Spring is almost here!
Over the past winter, there have been some exciting innovations taking place in our basic science labs and our clinics. These include discoveries that could improve fertility preservation in women who have been diagnosed with cancer; a trial for the treatment of polycystic ovary syndrome, which is being developed at a start-up established by a top U-M endocrine oncology researcher; and a first-of-its kind mobile app that creates a customized mobile experience for breast cancer patients based on their care plans.
Of course, these innovations would not be possible without the support of our philanthropy partners. Our donors are so critical to the development of new ideas because they support our research in its earliest phases. They also help us recruit and maintain the best researchers. You can read about a wonderful example of this in our newsletter’s main story featuring the Kennedy family, who raised $1M in support of a professorship for lung cancer research.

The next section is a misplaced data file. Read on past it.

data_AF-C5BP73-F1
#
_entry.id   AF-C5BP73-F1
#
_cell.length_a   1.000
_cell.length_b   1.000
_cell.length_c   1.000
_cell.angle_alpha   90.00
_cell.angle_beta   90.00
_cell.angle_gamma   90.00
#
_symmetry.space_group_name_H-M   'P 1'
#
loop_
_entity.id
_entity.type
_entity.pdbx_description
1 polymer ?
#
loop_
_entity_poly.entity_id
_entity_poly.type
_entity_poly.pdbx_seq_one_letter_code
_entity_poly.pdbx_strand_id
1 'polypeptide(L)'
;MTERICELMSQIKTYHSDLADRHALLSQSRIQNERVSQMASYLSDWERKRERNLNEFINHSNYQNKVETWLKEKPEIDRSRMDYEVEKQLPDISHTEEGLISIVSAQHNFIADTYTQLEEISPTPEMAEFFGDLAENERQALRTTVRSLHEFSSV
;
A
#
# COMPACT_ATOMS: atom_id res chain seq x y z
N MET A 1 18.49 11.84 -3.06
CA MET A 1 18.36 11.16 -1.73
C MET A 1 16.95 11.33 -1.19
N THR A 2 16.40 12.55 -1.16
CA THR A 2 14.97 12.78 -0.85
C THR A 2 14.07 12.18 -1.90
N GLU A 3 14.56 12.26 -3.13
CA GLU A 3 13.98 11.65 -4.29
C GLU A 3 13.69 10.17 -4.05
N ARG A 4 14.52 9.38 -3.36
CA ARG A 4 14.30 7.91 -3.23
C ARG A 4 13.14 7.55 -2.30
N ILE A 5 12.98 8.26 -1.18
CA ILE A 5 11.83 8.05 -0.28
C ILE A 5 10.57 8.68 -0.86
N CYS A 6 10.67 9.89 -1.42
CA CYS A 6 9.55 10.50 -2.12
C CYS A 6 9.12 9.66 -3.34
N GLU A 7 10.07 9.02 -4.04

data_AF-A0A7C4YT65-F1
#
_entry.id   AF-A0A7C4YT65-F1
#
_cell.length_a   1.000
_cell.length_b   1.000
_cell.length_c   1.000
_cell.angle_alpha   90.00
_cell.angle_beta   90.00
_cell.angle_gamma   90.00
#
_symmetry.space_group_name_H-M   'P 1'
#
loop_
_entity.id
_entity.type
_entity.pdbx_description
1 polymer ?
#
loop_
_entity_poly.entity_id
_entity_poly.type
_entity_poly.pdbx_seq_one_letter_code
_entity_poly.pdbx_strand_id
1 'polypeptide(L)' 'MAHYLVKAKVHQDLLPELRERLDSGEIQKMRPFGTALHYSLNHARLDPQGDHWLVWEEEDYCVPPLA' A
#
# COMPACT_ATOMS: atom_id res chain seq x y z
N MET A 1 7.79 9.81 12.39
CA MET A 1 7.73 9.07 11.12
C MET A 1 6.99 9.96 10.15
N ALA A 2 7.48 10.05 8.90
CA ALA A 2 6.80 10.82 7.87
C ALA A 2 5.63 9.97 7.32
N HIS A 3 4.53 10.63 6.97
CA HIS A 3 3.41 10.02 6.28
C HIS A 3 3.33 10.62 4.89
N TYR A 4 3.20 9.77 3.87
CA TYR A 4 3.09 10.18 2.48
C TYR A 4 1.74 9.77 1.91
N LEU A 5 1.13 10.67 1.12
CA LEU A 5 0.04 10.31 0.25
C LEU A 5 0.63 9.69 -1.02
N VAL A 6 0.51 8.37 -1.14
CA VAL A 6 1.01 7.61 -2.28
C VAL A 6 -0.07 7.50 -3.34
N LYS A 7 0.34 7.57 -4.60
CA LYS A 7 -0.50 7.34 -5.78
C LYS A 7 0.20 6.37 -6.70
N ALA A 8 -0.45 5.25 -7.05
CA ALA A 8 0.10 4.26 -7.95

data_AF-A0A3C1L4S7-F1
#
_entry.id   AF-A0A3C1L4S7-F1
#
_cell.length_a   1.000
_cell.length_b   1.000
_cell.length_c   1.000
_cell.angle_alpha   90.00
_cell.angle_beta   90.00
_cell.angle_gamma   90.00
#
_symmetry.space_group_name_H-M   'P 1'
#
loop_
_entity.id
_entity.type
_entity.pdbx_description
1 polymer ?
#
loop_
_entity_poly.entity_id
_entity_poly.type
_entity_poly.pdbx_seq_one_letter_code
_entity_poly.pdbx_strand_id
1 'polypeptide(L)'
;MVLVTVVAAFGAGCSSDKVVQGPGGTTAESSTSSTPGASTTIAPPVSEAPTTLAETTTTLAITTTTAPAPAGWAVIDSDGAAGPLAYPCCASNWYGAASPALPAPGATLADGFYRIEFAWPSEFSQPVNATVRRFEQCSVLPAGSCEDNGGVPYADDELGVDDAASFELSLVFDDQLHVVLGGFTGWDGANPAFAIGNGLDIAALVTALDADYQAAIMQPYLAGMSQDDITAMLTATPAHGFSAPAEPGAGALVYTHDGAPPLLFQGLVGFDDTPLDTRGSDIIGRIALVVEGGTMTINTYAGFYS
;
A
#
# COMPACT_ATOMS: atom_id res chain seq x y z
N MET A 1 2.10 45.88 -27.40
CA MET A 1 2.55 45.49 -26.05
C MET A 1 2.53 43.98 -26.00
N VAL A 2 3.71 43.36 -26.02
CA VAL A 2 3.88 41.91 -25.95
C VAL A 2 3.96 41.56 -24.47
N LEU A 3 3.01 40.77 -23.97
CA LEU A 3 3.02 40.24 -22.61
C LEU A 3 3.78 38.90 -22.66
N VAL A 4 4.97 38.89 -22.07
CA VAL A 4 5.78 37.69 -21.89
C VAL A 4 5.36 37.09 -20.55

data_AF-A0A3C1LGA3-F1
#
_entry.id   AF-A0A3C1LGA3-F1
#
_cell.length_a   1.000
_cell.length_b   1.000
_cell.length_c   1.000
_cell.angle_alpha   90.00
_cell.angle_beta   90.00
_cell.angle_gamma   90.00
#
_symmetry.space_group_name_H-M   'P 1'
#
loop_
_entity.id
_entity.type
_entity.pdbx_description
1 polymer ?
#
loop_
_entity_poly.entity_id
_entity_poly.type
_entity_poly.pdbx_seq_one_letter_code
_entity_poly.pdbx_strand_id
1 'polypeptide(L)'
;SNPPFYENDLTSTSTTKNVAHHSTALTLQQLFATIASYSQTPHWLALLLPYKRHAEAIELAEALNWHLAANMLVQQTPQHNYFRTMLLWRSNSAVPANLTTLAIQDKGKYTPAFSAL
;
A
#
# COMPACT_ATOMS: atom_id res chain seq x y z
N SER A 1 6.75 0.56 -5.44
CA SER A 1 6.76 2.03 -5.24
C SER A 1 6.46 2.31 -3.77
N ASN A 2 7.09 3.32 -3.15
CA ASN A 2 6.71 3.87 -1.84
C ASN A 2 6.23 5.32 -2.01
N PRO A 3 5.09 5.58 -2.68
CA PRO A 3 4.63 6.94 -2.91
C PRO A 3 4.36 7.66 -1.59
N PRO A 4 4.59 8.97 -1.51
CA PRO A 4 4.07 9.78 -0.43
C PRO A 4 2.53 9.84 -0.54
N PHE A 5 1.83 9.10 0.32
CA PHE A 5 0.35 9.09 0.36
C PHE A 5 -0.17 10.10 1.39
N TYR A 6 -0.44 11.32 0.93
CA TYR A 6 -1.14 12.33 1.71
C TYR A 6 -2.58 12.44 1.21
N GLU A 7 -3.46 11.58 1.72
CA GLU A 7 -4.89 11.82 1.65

To ensure our Cancer Center remains successful, we also rely on grants from the National Cancer Institute, including the Cancer Center Support Grant, which we apply for every five years. This $4M-a-year grant supports our research capabilities, including things like the purchase and operation of sophisticated scientific equipment and the efforts of biostatisticians, who are key collaborators in helping us plan our studies and interpret our results.
We are preparing to reapply for the grant in May 2017, and dozens of Cancer Center faculty and staff are already working hard to put our best foot forward. This will involve restructuring the Cancer Center Support Grant by consolidating programs, strengthening them through collaboration and making their strengths clear. In addition to making our great Cancer Center even better, these changes will allow us to submit the strongest possible grant and get the best possible support for our work. We are currently working with program leaders to structure these new, stronger collaborations.
The Cancer Center Support Grant will improve our science, which will lead to the translation of that science and, ultimately, to new treatments for our patients -- and that's really what the cancer center is about.
I thank you for your interest in and support our Cancer Center and wish you and your families a wonderful spring.
Theodore (Ted) Lawrence, M.D., Ph.D.
Max S. Wicha MD Distinguished Professor of Oncology
Director, University of Michigan Comprehensive Cancer Center